Ed. note: At the editor's request Stephanie Brown has composed a prefatory note with facts and thoughts to keep in mind as you read her poems this week.
Real and Imaginary Husbands
Collage as a visual art became prominent in the early twentieth century, used as a technique by artists such as Picasso, Braque, Schwitters, and Grosz. Scraps and pieces were put together on the canvas. An artisan making a patchwork quilt sews scraps together into a rigid form and creates a beautiful whole. I’ve often thought these techniques were insights into the creative process. I think the poet uses scraps of ideas, words, thoughts, memories, and imaginary notions to create a poem.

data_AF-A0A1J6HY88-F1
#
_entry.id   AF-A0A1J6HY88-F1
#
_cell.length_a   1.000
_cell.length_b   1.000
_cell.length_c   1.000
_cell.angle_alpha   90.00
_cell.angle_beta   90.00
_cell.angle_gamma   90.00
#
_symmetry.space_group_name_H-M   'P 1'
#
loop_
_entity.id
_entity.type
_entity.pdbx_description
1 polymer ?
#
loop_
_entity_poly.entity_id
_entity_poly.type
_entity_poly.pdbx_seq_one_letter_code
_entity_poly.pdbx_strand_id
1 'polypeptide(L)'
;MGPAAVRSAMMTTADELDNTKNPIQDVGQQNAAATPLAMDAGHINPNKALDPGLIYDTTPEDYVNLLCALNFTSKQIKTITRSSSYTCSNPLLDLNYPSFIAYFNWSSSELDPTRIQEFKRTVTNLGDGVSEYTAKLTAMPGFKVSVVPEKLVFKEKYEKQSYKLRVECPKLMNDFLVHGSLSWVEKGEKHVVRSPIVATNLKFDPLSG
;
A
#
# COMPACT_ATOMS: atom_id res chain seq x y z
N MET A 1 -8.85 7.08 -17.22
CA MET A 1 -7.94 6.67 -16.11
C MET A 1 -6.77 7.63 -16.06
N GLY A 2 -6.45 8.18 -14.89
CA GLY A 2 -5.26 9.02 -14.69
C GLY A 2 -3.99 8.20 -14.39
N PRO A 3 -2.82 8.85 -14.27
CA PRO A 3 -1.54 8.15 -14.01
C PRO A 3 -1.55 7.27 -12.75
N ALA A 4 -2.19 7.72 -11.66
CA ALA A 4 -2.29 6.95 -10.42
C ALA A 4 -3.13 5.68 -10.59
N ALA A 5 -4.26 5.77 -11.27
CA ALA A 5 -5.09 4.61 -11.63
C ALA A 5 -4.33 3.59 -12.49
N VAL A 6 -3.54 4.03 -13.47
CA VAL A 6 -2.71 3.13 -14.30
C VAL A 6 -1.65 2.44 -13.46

My first book includes a poem called “Mommy is a Scary Narcissist.” This mother was a horrible person. When my real mother read it, she said simply, “That’s not me” and indeed it was not. I had pieced this character together out of mothers I observed from various parts and times of my life, from people I had known and people I had observed whom I did not know at all. I note this because these poems that the Best American Poetry blog is so generously posting this week have husbands as defining characters. These husbands are not portraits of my husband, but composite figures of husbands, men, and marriages I’ve seen. They may contain bits of things about the real husband, but in the end they are mostly about the writer’s imagination and are, I hope, a gift of insight for the reader.